Over the summer, while working on our Web site at MMISchools.com and its accompanying MMIS Xtra e-newsletter, I found myself writing brief stories that pointed readers toward new … what to call them? phenomena? technologies? … that educators should be aware of and probably press into service in their media centers and schools. Take a look, for example, at the Cool Links stories on video games and their likely relevance for education. (The quickest way to the stories: At the MMISchools.com main page, run a search on "games, gaming" from the search box at the left side of the page.) My goal was to urge people not just to be aware of but to jump in and try out, or try on, some new and relevant concepts, in order to understand their relevance, indeed, their integral essence, to the lives of today's students.
Stephen Abram, in his Pipeline column this month, pursues the same theme. In Playing to Learn! Meet and Greet the New Interactive Technologies (p. 16), he urges readers to play with and get to know IM, podcasts, Internet telephony, and more—all free or very inexpensive communications modes. Abram writes: "When the classroom blackboard was invented back in the 1860s, it took decades for this innovation, which involved the whole class in learning, to spread. It will take time for these innovations to spread too. We have a little time now to adopt the best of the features and experiment with them in the pursuit of great learning environments, meet the world, and have fun!"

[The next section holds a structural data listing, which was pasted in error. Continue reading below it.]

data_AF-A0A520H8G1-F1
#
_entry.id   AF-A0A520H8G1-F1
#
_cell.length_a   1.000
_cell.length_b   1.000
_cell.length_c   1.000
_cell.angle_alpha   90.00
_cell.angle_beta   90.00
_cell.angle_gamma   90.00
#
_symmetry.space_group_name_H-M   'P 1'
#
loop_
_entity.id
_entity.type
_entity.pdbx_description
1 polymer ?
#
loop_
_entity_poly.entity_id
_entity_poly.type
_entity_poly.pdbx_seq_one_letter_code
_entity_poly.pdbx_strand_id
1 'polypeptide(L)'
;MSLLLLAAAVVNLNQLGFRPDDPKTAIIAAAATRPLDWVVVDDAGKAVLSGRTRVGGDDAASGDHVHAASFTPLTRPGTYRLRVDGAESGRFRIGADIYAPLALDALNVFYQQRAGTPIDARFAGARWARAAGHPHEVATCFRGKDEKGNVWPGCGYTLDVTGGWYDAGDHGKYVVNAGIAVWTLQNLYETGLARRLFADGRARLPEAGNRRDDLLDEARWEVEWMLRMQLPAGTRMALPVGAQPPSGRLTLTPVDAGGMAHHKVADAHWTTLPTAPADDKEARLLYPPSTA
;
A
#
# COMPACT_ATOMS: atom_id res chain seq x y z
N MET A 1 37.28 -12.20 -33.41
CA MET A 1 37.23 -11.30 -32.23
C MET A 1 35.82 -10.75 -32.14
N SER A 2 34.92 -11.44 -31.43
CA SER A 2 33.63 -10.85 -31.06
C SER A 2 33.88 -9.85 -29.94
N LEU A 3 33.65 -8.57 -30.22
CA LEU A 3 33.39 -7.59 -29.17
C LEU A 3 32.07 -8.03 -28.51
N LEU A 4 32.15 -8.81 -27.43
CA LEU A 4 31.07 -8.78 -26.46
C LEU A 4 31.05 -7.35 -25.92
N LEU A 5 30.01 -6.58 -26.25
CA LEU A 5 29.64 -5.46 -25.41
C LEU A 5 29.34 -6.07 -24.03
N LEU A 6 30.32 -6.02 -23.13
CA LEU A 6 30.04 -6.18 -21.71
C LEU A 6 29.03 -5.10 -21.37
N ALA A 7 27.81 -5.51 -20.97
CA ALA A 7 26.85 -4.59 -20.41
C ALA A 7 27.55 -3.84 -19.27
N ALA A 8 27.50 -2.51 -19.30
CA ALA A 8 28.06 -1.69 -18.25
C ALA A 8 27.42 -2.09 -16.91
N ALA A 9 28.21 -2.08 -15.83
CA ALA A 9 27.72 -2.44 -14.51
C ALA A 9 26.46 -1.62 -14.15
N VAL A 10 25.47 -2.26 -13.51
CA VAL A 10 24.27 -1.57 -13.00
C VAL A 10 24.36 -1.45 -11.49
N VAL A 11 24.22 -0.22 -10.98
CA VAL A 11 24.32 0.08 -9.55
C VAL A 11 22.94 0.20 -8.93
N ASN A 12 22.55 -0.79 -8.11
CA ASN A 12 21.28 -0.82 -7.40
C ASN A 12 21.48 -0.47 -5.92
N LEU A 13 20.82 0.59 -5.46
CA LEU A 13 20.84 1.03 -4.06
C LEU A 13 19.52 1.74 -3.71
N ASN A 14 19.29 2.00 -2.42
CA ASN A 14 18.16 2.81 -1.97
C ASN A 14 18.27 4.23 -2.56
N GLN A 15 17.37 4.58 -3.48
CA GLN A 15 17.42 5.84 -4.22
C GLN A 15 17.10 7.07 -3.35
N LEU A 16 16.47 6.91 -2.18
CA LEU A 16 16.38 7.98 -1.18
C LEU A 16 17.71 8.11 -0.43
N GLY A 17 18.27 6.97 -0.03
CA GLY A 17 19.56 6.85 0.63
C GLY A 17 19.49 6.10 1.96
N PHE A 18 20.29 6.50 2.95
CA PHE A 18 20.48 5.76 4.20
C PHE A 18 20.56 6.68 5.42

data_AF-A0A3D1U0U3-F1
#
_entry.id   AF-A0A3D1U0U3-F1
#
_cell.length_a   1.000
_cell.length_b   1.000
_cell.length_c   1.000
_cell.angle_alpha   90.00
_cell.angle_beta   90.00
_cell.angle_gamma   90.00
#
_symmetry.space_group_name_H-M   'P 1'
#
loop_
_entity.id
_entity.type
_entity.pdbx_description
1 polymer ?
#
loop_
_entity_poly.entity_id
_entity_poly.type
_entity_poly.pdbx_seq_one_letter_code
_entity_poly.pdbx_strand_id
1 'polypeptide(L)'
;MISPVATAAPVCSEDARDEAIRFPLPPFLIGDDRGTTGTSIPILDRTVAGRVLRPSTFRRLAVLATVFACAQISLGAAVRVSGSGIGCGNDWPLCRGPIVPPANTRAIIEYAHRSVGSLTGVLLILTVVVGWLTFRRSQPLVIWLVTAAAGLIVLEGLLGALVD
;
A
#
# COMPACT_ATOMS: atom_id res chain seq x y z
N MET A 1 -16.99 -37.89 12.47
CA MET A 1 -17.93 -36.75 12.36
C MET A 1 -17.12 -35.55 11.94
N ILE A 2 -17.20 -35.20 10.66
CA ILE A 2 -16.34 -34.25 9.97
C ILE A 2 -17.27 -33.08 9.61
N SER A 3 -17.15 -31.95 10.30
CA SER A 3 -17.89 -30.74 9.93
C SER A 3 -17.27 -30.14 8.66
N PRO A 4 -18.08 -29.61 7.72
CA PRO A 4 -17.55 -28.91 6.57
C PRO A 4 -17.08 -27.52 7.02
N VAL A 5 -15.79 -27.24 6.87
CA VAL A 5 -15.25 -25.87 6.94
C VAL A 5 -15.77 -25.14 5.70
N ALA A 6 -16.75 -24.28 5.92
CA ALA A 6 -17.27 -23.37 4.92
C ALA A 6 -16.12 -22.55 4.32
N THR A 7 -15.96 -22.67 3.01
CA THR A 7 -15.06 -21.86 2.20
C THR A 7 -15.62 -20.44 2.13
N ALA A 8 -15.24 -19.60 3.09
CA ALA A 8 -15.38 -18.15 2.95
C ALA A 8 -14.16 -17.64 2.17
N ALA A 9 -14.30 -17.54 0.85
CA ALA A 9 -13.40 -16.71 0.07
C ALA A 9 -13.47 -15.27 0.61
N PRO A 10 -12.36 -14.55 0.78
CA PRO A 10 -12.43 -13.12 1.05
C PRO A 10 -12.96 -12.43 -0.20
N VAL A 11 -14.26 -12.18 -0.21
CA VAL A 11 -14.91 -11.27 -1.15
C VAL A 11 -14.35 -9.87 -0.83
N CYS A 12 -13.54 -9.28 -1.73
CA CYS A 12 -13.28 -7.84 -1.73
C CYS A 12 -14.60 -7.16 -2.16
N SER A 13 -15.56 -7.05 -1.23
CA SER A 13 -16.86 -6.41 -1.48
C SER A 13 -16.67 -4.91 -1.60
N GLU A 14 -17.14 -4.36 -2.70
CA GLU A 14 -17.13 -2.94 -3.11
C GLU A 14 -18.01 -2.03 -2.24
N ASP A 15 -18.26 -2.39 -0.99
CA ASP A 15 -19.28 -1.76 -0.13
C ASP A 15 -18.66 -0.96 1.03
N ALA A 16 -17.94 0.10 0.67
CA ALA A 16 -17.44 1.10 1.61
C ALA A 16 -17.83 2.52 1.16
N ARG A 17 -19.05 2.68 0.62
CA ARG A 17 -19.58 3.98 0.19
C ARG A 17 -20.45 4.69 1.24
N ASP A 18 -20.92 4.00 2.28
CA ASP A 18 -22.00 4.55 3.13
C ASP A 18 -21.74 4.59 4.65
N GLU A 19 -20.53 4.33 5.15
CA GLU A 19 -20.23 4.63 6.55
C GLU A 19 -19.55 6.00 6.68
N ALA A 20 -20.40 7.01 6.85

Really, what we often see as "the future" is "now" for today's students, so look into it! Enjoy Stephen's Pipeline column and the rest of this back-to-school issue.
I mentioned the MMISchools.com Web site above as part of our overall effort to keep you up-to-date and tuned-in to K-12 library and education technology goings on. Now let me briefly note news of the two conferences we do, as both are definitely part of this same overall effort.
Internet @ Schools West, in Monterey, Calif., is coming up next month. We'd love to have some of you come. See the conference program right here in the pages of this issue, and/or check it out and register online via links from http://www.infotoday.com/Internet@Schools/. And while the official deadline for submissions has passed, if you're fast you might still be able to get our attention with a presentation proposal for Internet@Schools East, in Washington, D.C., next March. Jump to the Call for Speakers page at http://www.infotoday.com/I@SE2006/CallforSpeakers.shtml for more information.
One coast or the other, we hope to see you.
David Hoffman, Editor